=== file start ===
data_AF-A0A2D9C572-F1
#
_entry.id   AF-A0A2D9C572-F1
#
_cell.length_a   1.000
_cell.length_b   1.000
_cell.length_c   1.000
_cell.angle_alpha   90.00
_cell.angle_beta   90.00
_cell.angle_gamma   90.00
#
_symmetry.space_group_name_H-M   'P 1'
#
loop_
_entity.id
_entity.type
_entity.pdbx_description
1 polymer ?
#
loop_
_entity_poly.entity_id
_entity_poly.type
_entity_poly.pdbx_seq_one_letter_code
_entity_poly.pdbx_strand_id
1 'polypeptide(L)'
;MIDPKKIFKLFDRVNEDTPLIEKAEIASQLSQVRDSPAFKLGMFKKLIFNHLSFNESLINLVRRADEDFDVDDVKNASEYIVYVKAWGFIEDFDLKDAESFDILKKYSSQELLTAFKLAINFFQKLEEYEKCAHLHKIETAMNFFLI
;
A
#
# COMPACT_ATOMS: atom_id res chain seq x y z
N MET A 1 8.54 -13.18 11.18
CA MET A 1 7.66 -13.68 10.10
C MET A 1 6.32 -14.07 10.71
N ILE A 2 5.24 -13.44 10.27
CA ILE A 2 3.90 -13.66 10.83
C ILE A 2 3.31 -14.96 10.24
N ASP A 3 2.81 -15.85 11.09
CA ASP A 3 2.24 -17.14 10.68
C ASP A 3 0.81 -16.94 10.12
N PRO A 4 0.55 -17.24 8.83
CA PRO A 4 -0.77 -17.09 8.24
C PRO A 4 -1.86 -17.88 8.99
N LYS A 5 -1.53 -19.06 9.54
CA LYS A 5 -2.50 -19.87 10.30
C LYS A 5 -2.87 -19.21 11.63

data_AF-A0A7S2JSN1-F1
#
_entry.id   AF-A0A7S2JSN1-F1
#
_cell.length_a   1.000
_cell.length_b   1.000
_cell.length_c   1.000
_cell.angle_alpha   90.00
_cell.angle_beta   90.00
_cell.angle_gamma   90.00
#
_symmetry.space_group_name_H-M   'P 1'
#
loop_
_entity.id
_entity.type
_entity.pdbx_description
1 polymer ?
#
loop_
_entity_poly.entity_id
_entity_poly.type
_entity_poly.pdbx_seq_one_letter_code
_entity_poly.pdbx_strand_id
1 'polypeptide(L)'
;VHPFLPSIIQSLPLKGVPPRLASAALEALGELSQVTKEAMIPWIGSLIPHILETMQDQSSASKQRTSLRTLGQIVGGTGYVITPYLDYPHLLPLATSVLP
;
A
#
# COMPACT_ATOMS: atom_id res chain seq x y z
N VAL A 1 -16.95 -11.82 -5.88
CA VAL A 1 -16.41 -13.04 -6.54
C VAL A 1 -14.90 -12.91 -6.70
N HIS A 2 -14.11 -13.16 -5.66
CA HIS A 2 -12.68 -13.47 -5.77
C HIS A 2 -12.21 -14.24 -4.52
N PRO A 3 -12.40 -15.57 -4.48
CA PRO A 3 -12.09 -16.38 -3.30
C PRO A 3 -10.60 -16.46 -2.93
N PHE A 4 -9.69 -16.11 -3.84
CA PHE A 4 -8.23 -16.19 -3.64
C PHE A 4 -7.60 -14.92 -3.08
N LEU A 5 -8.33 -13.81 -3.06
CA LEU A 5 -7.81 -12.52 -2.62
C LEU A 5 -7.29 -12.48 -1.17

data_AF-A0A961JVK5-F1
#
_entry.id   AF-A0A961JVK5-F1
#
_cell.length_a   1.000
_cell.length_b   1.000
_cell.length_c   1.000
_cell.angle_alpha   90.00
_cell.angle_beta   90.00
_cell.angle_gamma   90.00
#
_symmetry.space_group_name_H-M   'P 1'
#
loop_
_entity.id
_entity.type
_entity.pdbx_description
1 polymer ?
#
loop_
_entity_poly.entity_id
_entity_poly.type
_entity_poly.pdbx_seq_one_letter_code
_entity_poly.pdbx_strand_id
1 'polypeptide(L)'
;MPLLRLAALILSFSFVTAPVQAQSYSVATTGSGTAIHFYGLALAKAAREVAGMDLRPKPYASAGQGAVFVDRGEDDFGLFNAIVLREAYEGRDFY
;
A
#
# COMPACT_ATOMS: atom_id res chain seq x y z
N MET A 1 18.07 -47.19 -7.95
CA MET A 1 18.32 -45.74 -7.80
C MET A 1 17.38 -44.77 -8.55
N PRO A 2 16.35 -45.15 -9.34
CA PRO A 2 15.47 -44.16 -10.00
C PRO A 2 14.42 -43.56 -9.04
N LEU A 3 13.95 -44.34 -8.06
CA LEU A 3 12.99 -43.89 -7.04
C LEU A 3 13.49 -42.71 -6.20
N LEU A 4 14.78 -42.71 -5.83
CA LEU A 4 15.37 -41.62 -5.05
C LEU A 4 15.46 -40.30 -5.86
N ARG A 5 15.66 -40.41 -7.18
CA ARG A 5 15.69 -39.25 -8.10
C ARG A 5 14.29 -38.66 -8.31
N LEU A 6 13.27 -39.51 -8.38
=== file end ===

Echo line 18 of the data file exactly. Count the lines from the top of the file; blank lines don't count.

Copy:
1 polymer ?